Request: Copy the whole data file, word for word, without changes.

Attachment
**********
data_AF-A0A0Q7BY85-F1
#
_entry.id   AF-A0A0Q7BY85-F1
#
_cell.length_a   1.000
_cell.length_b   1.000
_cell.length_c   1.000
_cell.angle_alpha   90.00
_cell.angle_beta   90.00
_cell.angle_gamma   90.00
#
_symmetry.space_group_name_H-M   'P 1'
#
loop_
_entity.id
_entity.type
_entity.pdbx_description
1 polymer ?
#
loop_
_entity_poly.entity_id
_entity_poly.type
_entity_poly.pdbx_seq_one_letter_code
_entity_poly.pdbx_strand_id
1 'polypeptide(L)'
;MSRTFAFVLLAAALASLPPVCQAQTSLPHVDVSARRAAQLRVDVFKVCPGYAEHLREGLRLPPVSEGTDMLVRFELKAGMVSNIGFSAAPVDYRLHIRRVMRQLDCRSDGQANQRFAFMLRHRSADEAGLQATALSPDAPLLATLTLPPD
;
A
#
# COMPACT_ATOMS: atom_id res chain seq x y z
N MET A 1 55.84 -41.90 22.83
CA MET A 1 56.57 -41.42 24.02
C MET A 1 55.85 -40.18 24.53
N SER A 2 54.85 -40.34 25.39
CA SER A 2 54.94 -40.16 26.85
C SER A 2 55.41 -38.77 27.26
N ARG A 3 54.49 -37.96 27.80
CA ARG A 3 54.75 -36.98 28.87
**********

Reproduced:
data_AF-A0A0Q7BY85-F1
#
_entry.id   AF-A0A0Q7BY85-F1
#
_cell.length_a   1.000
_cell.length_b   1.000
_cell.length_c   1.000
_cell.angle_alpha   90.00
_cell.angle_beta   90.00
_cell.angle_gamma   90.00
#
_symmetry.space_group_name_H-M   'P 1'
#
loop_
_entity.id
_entity.type
_entity.pdbx_description
1 polymer ?
#
loop_
_entity_poly.entity_id
_entity_poly.type
_entity_poly.pdbx_seq_one_letter_code
_entity_poly.pdbx_strand_id
1 'polypeptide(L)'
;MSRTFAFVLLAAALASLPPVCQAQTSLPHVDVSARRAAQLRVDVFKVCPGYAEHLREGLRLPPVSEGTDMLVRFELKAGMVSNIGFSAAPVDYRLHIRRVMRQLDCRSDGQANQRFAFMLRHRSADEAGLQATALSPDAPLLATLTLPPD
;
A
#
# COMPACT_ATOMS: atom_id res chain seq x y z
N MET A 1 55.84 -41.90 22.83
CA MET A 1 56.57 -41.42 24.02
C MET A 1 55.85 -40.18 24.53
N SER A 2 54.85 -40.34 25.39
CA SER A 2 54.94 -40.16 26.85
C SER A 2 55.41 -38.77 27.26
N ARG A 3 54.49 -37.96 27.80
CA ARG A 3 54.75 -36.98 28.87